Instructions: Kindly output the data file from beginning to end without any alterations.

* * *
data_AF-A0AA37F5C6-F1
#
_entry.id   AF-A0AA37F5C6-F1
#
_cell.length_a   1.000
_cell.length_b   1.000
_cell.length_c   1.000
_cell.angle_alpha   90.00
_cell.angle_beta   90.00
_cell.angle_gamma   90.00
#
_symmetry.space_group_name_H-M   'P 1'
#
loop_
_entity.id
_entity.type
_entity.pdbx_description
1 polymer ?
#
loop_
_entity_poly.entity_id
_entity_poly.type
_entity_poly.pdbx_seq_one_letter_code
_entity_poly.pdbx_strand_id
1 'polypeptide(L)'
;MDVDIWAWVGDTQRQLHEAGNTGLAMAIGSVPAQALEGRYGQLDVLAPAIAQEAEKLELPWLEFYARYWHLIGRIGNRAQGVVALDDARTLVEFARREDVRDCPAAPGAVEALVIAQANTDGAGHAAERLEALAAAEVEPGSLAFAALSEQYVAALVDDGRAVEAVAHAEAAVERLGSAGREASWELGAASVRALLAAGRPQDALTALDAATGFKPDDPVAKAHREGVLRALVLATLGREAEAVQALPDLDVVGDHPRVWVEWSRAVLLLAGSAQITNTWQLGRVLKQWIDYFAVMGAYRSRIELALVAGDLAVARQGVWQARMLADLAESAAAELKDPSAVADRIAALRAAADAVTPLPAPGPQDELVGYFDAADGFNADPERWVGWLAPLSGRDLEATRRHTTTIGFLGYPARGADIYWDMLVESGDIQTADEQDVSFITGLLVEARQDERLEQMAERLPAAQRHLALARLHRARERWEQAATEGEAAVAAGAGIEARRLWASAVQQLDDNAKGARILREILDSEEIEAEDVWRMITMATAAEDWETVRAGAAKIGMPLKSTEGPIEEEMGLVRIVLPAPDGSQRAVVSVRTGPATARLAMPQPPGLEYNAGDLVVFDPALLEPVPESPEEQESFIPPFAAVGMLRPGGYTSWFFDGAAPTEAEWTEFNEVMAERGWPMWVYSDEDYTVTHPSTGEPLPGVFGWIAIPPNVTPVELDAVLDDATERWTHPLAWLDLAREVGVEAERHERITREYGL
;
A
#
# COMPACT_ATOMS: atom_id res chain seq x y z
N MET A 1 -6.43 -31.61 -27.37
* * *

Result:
data_AF-A0AA37F5C6-F1
#
_entry.id   AF-A0AA37F5C6-F1
#
_cell.length_a   1.000
_cell.length_b   1.000
_cell.length_c   1.000
_cell.angle_alpha   90.00
_cell.angle_beta   90.00
_cell.angle_gamma   90.00
#
_symmetry.space_group_name_H-M   'P 1'
#
loop_
_entity.id
_entity.type
_entity.pdbx_description
1 polymer ?
#
loop_
_entity_poly.entity_id
_entity_poly.type
_entity_poly.pdbx_seq_one_letter_code
_entity_poly.pdbx_strand_id
1 'polypeptide(L)'
;MDVDIWAWVGDTQRQLHEAGNTGLAMAIGSVPAQALEGRYGQLDVLAPAIAQEAEKLELPWLEFYARYWHLIGRIGNRAQGVVALDDARTLVEFARREDVRDCPAAPGAVEALVIAQANTDGAGHAAERLEALAAAEVEPGSLAFAALSEQYVAALVDDGRAVEAVAHAEAAVERLGSAGREASWELGAASVRALLAAGRPQDALTALDAATGFKPDDPVAKAHREGVLRALVLATLGREAEAVQALPDLDVVGDHPRVWVEWSRAVLLLAGSAQITNTWQLGRVLKQWIDYFAVMGAYRSRIELALVAGDLAVARQGVWQARMLADLAESAAAELKDPSAVADRIAALRAAADAVTPLPAPGPQDELVGYFDAADGFNADPERWVGWLAPLSGRDLEATRRHTTTIGFLGYPARGADIYWDMLVESGDIQTADEQDVSFITGLLVEARQDERLEQMAERLPAAQRHLALARLHRARERWEQAATEGEAAVAAGAGIEARRLWASAVQQLDDNAKGARILREILDSEEIEAEDVWRMITMATAAEDWETVRAGAAKIGMPLKSTEGPIEEEMGLVRIVLPAPDGSQRAVVSVRTGPATARLAMPQPPGLEYNAGDLVVFDPALLEPVPESPEEQESFIPPFAAVGMLRPGGYTSWFFDGAAPTEAEWTEFNEVMAERGWPMWVYSDEDYTVTHPSTGEPLPGVFGWIAIPPNVTPVELDAVLDDATERWTHPLAWLDLAREVGVEAERHERITREYGL
;
A
#
# COMPACT_ATOMS: atom_id res chain seq x y z
N MET A 1 -6.43 -31.61 -27.37